Anthem Health Insurance President and CEO Gail Koziara Boudreaux
Reduced costs plus some acquisitions and enrolment gains in Anthem's Medicare business helped profit climb 23 percent, to $1.05 billion, in the second quarter of 2018.
Gail Boudreaux has implemented changes to improve execution, including sales force automation, the introduction of new clinical programs and further scaling of existing assets, like CareMore.
It launches a collaboration with Walmart in January 2019.
IBM Chair, President and CEO Ginni Rometty
Ginny Rometty told the Irish Times that she often asks people ‘What do you think IBM does?’ She says they can answer ‘Well, hardware?’ to which she answers ‘Well, it’s 10 per cent of IBM today, hardware’.
IBM’s hardware runs banks, airlines and the biggest companies in the world. However, Rometty says the other 90% was software and services.
“The company has been reinvented around data”, she says.
The results for IBM have been patchy, however, and according to a Forbes article in April some analysts question whether the transformation is happening fast enough under Ginni Rometty.
So, it’s unknown if another female CEO will not see out 2019, if momentum builds behind calls for Rometty to step down.
Lockheed Martin CEO Marillyn Hewson
Since taking the reins of the world’s largest aerospace and defence company in 2013, total shareholder return for Lockheed over Marillyn Hewson’s tenure has been 309 percent, versus 107 percent for the S&P 500. Rising global defence spending bodes well for the future.
She was named Chief Executive CEO of the Year in 2018. Talking to the award organisers, Rometty said she discovered early on that Lockheed had an engineering approach to customer service, often talking more than listening.
She’s quoted as saying, “I hear stories about somebody answering their smartphone in the middle of a customer meeting. Now why would you ever do that? Right? Or they come in with their talking points, and they just drill and they’re not listening; they’ve got an objective for the meeting, but they’re not listening to the customer.”
She runs her company under the core values of: do what’s right, respect others, perform with excellence.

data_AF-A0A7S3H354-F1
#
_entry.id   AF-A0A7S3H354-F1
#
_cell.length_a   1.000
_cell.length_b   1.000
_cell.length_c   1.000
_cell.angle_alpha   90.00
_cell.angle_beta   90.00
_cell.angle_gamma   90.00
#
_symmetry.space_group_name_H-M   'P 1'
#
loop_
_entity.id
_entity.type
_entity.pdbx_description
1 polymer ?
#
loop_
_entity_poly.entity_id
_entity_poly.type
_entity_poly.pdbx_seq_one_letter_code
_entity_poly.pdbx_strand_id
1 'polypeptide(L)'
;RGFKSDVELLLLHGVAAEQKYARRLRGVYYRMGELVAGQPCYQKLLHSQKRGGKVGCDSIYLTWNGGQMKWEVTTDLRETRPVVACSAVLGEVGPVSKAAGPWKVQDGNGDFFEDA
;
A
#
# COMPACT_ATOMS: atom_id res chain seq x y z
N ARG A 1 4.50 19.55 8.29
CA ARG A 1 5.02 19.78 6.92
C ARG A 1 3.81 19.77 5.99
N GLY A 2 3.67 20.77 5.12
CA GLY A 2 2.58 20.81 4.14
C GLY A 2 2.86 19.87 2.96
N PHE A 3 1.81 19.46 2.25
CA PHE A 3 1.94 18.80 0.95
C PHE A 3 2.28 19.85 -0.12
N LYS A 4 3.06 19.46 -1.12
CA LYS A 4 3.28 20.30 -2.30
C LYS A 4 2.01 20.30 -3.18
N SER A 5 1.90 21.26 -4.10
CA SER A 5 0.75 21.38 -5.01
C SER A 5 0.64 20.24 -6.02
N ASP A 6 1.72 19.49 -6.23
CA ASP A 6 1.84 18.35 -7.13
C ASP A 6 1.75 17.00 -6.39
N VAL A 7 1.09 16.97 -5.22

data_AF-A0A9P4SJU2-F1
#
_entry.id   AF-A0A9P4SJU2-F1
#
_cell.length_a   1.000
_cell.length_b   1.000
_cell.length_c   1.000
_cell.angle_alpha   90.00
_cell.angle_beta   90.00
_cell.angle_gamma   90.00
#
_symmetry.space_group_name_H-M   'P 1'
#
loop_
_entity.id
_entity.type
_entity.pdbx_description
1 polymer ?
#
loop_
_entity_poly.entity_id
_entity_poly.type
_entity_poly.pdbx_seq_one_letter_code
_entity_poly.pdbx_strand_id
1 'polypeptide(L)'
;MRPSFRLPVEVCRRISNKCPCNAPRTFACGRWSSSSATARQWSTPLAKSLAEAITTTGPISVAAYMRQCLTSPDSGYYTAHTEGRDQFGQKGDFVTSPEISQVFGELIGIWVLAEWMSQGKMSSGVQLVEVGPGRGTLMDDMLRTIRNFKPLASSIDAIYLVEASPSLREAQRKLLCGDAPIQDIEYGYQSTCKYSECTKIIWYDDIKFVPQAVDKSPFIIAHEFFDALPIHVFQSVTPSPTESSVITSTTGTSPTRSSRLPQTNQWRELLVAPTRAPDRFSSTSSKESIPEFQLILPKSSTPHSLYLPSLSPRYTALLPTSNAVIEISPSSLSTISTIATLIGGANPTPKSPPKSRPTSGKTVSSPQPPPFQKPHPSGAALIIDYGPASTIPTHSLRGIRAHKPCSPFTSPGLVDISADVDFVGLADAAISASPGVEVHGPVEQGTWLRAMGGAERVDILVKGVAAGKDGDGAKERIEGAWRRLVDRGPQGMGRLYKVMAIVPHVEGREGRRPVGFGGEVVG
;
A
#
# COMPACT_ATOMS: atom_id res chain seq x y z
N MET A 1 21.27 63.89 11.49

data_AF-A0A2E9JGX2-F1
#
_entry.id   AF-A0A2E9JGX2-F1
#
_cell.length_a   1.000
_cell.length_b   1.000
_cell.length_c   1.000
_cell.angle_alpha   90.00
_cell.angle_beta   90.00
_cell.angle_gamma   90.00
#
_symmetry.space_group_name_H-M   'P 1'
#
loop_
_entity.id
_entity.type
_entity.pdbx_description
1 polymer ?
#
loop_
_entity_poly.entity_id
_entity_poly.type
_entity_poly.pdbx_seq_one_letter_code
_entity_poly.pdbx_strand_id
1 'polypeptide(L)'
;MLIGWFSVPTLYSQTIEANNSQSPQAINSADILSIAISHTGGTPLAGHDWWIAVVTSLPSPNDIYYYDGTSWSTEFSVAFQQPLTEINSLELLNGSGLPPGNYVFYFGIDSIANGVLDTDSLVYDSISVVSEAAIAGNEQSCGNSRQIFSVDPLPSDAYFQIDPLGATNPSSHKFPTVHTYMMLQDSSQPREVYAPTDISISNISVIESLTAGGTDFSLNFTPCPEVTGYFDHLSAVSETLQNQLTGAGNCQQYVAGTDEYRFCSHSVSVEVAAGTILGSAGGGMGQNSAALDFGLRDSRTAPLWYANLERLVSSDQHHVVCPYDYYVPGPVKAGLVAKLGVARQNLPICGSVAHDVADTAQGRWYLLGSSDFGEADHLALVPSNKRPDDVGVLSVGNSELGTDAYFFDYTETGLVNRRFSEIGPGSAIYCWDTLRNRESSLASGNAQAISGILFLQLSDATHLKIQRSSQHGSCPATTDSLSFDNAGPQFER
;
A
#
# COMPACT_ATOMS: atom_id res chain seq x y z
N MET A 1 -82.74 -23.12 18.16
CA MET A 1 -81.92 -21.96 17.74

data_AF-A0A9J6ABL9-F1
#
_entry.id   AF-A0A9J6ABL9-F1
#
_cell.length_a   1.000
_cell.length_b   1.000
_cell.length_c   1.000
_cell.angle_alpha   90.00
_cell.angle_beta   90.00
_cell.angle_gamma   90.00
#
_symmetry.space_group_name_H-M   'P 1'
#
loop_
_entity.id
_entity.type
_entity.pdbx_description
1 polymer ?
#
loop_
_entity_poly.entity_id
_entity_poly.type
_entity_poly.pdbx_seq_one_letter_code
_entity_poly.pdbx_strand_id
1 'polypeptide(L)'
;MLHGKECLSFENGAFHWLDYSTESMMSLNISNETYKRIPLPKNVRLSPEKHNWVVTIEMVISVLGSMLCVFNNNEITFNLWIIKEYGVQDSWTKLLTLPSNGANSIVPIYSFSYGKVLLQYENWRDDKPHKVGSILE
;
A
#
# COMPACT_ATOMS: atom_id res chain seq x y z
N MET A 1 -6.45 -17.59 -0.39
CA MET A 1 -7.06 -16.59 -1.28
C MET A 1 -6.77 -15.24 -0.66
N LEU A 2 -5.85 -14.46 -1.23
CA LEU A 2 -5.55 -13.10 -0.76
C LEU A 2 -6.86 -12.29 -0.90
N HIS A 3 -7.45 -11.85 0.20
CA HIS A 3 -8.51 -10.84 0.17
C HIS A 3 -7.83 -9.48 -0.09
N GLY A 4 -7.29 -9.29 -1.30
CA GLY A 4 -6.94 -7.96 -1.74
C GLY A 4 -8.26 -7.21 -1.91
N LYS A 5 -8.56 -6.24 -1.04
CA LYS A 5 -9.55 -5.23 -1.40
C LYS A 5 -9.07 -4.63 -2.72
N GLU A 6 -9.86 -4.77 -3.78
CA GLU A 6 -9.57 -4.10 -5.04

Hewson has a go-to question when interviewing candidates that’s worth filing away which is: How did you spend the first 90 days of your previous job?
Oracle co-CEO Safra Catz
“Consensus does not always work in a crisis. You must have the courage to move forward.”- Safra Catz
Co-CEO Safra Catz and Mark Hurd have headed up Oracle since 2014.
According to ComputerWorld UK, Oracle’s 'cloud services and licence support' “pulled in 60% of total revenue for the quarter at $6.8 billion, up 8% year-on-year.”
Catz is one of the world's highest paid female executives, earning nearly $41 million in 2017. She is credited with spearheading Oracle's aggressive acquisition strategy, helping close more than 100 acquisitions since 2005. Catz also serves on the board of The Walt Disney Co.
General Dynamics CEO Phebe Novakovic
The spy who came in for the gold, Phebe Novakovic is a former CIA operative who is famously media-shy.
"Performance speaks for itself and, absent performance, you really don’t have anything to say,” Novakovic has said. "Results are, at the end of the day, all that really do matter.”
Forbes writes that Novakovic is “allergic” to the press, scarce on the Washington think tank circuit, and limits her contact with analysts to quarterly calls and the occasional investor conference. However, she seems to be thriving as CEO of the more than $30 billion (revenues) defence contractor, which has seen its stock grow about 100 percent under her leadership.
She has said she does indeed talk a lot, but her topics are limited: "My three children and General Dynamics."